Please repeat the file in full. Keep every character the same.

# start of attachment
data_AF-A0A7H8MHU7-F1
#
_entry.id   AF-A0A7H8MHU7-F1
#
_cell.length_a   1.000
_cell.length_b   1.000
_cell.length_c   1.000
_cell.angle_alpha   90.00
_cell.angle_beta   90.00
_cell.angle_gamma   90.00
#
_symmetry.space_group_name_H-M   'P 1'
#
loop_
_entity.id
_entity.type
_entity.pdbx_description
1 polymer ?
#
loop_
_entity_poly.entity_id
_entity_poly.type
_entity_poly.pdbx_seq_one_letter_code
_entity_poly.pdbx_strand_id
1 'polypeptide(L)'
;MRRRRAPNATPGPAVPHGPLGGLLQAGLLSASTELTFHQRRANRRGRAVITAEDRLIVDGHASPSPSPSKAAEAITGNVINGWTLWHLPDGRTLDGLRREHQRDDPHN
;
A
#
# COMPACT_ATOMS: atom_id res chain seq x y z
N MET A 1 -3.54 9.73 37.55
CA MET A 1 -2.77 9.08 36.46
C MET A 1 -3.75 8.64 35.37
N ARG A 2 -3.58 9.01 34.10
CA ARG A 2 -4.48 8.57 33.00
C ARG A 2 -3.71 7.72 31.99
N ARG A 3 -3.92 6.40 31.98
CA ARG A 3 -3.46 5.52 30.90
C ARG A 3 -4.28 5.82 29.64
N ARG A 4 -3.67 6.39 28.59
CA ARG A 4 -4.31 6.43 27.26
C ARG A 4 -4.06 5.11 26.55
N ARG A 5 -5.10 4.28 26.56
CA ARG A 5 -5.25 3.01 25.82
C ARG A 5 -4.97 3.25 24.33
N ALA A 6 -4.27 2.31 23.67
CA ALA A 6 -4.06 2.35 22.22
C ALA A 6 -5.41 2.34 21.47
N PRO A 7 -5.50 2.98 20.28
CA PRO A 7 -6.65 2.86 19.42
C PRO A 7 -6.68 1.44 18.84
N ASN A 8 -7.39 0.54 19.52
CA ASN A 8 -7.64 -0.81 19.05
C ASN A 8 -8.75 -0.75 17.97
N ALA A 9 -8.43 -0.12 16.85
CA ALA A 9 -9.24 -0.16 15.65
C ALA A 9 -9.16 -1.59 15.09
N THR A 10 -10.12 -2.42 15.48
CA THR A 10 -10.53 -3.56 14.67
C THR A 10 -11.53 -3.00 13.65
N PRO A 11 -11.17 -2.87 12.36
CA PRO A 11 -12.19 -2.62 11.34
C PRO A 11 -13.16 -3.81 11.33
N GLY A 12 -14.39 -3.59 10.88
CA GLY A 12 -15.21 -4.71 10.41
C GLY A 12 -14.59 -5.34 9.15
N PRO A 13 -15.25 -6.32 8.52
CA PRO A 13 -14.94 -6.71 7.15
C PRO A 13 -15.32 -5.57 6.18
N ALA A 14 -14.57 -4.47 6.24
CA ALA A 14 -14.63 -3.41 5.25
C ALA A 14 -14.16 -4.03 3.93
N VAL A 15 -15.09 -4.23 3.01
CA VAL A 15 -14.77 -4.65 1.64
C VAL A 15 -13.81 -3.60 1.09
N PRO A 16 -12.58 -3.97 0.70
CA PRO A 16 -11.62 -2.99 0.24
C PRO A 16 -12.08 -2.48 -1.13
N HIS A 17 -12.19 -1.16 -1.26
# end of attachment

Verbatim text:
data_AF-A0A7H8MHU7-F1
#
_entry.id   AF-A0A7H8MHU7-F1
#
_cell.length_a   1.000
_cell.length_b   1.000
_cell.length_c   1.000
_cell.angle_alpha   90.00
_cell.angle_beta   90.00
_cell.angle_gamma   90.00
#
_symmetry.space_group_name_H-M   'P 1'
#
loop_
_entity.id
_entity.type
_entity.pdbx_description
1 polymer ?
#
loop_
_entity_poly.entity_id
_entity_poly.type
_entity_poly.pdbx_seq_one_letter_code
_entity_poly.pdbx_strand_id
1 'polypeptide(L)'
;MRRRRAPNATPGPAVPHGPLGGLLQAGLLSASTELTFHQRRANRRGRAVITAEDRLIVDGHASPSPSPSKAAEAITGNVINGWTLWHLPDGRTLDGLRREHQRDDPHN
;
A
#
# COMPACT_ATOMS: atom_id res chain seq x y z
N MET A 1 -3.54 9.73 37.55
CA MET A 1 -2.77 9.08 36.46
C MET A 1 -3.75 8.64 35.37
N ARG A 2 -3.58 9.01 34.10
CA ARG A 2 -4.48 8.57 33.00
C ARG A 2 -3.71 7.72 31.99
N ARG A 3 -3.92 6.40 31.98
CA ARG A 3 -3.46 5.52 30.90
C ARG A 3 -4.28 5.82 29.64
N ARG A 4 -3.67 6.39 28.59
CA ARG A 4 -4.31 6.43 27.26
C ARG A 4 -4.06 5.11 26.55
N ARG A 5 -5.10 4.28 26.56
CA ARG A 5 -5.25 3.01 25.82
C ARG A 5 -4.97 3.25 24.33
N ALA A 6 -4.27 2.31 23.67
CA ALA A 6 -4.06 2.35 22.22
C ALA A 6 -5.41 2.34 21.47
N PRO A 7 -5.50 2.98 20.28
CA PRO A 7 -6.65 2.86 19.42
C PRO A 7 -6.68 1.44 18.84
N ASN A 8 -7.39 0.54 19.52
CA ASN A 8 -7.64 -0.81 19.05
C ASN A 8 -8.75 -0.75 17.97
N ALA A 9 -8.43 -0.12 16.85
CA ALA A 9 -9.24 -0.16 15.65
C ALA A 9 -9.16 -1.59 15.09
N THR A 10 -10.12 -2.42 15.48
CA THR A 10 -10.53 -3.56 14.67
C THR A 10 -11.53 -3.00 13.65
N PRO A 11 -11.17 -2.87 12.36
CA PRO A 11 -12.19 -2.62 11.34
C PRO A 11 -13.16 -3.81 11.33
N GLY A 12 -14.39 -3.59 10.88
CA GLY A 12 -15.21 -4.71 10.41
C GLY A 12 -14.59 -5.34 9.15
N PRO A 13 -15.25 -6.32 8.52
CA PRO A 13 -14.94 -6.71 7.15
C PRO A 13 -15.32 -5.57 6.18
N ALA A 14 -14.57 -4.47 6.24
CA ALA A 14 -14.63 -3.41 5.25
C ALA A 14 -14.16 -4.03 3.93
N VAL A 15 -15.09 -4.23 3.01
CA VAL A 15 -14.77 -4.65 1.64
C VAL A 15 -13.81 -3.60 1.09
N PRO A 16 -12.58 -3.97 0.70
CA PRO A 16 -11.62 -2.99 0.24
C PRO A 16 -12.08 -2.48 -1.13
N HIS A 17 -12.19 -1.16 -1.26